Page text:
While there’s no firm science that shows CWD can be transmitted between species, there are suggestions it can jump from ungulates to primates. The CDC and Wyoming Game and Fish Department recommend against eating meat from an animal that tests positive for CWD.
Either the Grand Teton hunter or workers at a wild game processor had butchered the suspect elk by the time Edwards called the hunter with news about the infection, he said. Edwards does not know whether the hunter ate any of the infected animal.
“He took it very well,” Edwards said of the news. “Not everybody takes it well. He said, ‘Well I’m glad I removed her from the herd.’”
CWD is a disease of the central nervous system and the malady – caused by a malformed protein called a prion — is concentrated in the brain, spinal column and lymph nodes, experts say. Sick individuals become emaciated, lethargic and drool, shedding prions in the process.
There are few methods for neutralizing the malformed protein, including incinerating it at high temperature or dousing it with chemicals. Prions can exist in the environment for years without breaking down.
Wyoming Game and Fish Department provides information on how to handle wildlife carcasses on its website.
Refuge scaling down
The National Elk Refuge is in its second year of a step-down plan that seeks to gradually reduce the number of elk on the refuge to 5,000 animals. Wildlife managers counted 8,095 elk on feed on the refuge last winter. While the step-down plan calls for fewer elk on the refuge, it does not call for a smaller Jackson Elk Herd.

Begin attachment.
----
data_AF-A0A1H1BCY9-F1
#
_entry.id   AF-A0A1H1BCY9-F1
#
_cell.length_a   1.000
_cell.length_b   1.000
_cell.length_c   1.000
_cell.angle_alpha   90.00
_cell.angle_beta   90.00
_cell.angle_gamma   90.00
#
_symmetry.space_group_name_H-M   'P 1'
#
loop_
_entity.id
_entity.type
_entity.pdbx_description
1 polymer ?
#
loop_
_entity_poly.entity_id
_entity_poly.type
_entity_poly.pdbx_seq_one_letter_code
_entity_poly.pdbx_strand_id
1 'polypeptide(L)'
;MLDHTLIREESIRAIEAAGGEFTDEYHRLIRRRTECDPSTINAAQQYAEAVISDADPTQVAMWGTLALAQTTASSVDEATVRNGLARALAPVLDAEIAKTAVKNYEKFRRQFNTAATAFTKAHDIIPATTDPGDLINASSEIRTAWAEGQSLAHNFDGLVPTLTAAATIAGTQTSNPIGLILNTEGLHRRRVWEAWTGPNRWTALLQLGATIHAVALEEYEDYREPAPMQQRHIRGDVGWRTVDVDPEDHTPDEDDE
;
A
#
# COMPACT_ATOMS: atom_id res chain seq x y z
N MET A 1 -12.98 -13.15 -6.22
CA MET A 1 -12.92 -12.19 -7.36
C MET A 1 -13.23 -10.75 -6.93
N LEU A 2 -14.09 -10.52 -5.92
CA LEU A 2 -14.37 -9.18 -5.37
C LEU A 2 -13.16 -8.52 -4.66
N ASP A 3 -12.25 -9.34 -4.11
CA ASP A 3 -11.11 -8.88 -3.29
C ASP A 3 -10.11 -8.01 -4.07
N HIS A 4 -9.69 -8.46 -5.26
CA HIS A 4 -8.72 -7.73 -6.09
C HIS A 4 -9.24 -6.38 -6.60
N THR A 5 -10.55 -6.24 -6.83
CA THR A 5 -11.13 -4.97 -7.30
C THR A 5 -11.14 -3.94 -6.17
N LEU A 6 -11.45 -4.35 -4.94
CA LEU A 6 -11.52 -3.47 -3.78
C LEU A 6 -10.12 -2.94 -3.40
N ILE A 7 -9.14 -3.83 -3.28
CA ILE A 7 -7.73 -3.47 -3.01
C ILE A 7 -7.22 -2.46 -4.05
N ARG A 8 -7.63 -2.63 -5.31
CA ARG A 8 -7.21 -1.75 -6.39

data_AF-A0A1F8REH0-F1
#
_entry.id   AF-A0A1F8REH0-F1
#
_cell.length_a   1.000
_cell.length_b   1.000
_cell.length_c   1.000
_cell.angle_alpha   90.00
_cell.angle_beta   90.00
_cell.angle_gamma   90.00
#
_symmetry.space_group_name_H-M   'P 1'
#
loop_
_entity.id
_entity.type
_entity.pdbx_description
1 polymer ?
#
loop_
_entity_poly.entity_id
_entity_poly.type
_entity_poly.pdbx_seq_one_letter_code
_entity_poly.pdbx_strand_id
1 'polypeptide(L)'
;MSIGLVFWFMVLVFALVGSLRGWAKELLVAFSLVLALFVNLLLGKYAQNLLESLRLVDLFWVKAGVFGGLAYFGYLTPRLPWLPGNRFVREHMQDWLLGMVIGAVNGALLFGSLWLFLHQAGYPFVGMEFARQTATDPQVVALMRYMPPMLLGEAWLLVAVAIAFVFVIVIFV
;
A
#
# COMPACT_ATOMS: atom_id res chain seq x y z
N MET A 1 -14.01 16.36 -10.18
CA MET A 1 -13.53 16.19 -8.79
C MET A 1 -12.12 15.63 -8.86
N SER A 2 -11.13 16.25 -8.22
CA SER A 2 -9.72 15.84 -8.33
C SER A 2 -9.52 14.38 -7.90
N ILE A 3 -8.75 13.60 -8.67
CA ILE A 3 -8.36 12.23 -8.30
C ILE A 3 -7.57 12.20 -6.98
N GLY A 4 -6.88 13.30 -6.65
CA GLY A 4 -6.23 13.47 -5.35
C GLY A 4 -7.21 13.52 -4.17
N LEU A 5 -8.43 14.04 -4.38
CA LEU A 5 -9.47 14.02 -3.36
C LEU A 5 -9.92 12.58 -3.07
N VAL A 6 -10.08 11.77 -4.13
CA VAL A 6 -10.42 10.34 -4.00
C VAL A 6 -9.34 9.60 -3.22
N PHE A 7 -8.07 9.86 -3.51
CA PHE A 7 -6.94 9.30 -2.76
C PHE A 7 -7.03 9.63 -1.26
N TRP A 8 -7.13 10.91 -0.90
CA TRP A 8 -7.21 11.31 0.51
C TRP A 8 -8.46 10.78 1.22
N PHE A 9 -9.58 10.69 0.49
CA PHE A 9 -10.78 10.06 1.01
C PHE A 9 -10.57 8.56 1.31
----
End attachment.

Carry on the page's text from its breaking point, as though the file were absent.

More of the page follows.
That overall number of animals in the Jackson Elk Herd would be the subject of talks the Fish and Wildlife Service would hope to initiate with the Game and Fish and others as outlined in the Elk Refuge’s CWD plan.
The feeding step-down began earlier this year when the refuge ceased feeding one week earlier than normal. This year it will cease feeding two weeks early. Next winter will delay the start of feeding by one week, Durbian said.
Feeding normally begins when the amount of accessible forage dwindles to an estimated 300 pounds an acre. Once it begins, elk are fed according to their numbers.
“There’s X number of pounds per elk as determined by the counts,” Durbian said of the alfalfa pellets that are spread out. “As we get more elk on the refuge, that’s adjusted to accommodate them.”
“We will feed the elk that show up here,” he said.
“Reducing both the number and concentration of wintering elk on refuge lands can help to reduce wildlife disease threats, lessen or prevent habitat degradation, and yield positive impacts for other native wildlife,” the Fish and Wildlife Service says on the Elk Refuge website. “Reduction in supplemental feeding will also encourage natural elk behavior.”
Meantime, Game and Fish has no plans to close any of its 22 western Wyoming feedgrounds in the near- or mid-term, Director Brian Nesvik told a legislative committee recently. Such a move would not come in the next 10 years, he said.
Game and Fish is encouraging interested persons to become involved in the feedground initiative and comment on the issue by Jan. 8. The agency said it expects to announce the format of a question-and-answer session — set for 4 p.m. Jan. 5 — in time for people to attend that session.